NEW YORK (CBSNewYork/AP) — The Metropolitan Transportation Authority’s post-Sept. 11 system-wide security upgrades will take until 2017, nine years longer, partly because of damage caused by Superstorm Sandy.
That’s according to an audit by the state comptroller’s office released Wednesday. It says the delay will cost at least $700 million more than originally projected.
“Superstorm Sandy dealt the MTA’s security plans a serious setback,” State Comptroller Thomas DiNapoli said in a statement. “Although the MTA has made important security improvements, the first phase of its capital program is still not finished, more than 12 years after September 11, 2001.”
The report says the biggest delay in the now $1.3 billion capital security initiative involves installing 3,000 surveillance cameras and 1,400 access-control devices in stations and tunnels.
MTA spokesman Adam Lisberg said the agency had a couple of delays, but that most of the system is up and running.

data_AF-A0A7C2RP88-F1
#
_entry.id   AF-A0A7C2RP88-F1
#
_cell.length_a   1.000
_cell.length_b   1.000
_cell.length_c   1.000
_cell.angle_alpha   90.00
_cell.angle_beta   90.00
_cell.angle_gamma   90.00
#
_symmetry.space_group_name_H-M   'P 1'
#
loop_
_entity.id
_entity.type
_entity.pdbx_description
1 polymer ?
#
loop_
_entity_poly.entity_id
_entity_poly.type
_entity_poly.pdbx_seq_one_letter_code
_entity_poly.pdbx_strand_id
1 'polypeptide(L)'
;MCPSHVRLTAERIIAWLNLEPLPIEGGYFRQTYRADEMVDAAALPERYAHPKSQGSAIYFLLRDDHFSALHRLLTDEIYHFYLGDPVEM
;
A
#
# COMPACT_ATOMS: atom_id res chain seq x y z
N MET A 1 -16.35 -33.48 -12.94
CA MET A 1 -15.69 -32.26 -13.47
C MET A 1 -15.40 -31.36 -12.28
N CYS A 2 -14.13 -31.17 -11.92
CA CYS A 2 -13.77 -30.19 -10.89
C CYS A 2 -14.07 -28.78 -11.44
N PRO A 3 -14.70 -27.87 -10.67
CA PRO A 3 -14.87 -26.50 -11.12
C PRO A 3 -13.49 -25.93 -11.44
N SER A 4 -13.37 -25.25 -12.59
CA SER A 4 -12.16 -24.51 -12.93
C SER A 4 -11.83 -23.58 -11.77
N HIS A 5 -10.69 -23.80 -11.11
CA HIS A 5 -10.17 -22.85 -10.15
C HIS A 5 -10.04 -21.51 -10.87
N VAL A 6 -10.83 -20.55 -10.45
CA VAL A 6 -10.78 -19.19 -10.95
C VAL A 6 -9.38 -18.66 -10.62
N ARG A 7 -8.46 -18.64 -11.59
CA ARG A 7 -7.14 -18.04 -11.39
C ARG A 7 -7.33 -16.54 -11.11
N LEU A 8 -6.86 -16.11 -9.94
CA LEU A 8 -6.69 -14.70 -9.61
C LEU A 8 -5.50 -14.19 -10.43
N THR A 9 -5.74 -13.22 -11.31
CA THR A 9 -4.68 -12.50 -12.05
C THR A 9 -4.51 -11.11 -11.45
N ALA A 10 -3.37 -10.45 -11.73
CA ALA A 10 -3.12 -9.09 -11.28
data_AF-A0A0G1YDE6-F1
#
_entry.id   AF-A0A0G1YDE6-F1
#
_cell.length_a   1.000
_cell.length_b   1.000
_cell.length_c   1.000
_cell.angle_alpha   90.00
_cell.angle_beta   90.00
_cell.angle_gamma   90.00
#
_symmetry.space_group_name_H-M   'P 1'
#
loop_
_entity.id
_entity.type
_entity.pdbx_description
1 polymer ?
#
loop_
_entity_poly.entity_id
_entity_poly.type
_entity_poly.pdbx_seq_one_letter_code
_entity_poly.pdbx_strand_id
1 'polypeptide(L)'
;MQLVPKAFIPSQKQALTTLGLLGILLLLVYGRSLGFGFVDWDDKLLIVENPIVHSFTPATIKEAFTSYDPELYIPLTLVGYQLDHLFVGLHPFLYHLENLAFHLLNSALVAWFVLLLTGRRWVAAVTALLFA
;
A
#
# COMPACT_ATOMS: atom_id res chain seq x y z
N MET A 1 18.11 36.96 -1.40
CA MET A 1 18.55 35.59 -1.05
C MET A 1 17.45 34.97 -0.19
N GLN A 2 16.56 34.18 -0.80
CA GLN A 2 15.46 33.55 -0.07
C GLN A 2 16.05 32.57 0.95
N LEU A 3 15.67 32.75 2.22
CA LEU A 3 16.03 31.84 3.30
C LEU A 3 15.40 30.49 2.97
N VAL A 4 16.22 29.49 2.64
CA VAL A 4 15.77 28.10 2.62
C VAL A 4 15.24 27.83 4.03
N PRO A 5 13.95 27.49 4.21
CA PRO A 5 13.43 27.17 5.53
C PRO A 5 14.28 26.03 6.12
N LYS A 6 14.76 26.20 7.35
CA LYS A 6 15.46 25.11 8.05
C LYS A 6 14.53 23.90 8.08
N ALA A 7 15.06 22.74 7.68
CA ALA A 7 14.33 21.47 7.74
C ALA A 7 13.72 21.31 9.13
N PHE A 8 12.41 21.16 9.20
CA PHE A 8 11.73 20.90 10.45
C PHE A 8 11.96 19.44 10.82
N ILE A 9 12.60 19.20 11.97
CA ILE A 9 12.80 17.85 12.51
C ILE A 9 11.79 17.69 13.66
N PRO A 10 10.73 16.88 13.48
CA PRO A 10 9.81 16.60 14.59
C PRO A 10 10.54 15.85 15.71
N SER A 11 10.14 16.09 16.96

“After Superstorm Sandy came through, a lot of the forces that were supposed to be devoted to making sure we could wire the tunnels, install cameras and things like that, they ended up being diverted just to get Superstorm Sandy repairs done,” Lisberg told WCBS 880’s Sean Adams.
MTA spokesman Kevin Ortiz told 1010 WINS the report doesn’t paint the entire picture because it mixes post-9/11 security upgrades with Sandy-related improvements.
“It’s two separate things and in essence, what the comptroller is doing here is lumping in some remedial Sandy work that we need to do to some of our security systems that won’t be completed until 2017,” he said.
The audit also blames the delay to reductions in federal funding and the MTA expanding its security plan to include more facilities.
Ortiz said security cameras will be installed by 2015.
To read the full audit, click here.
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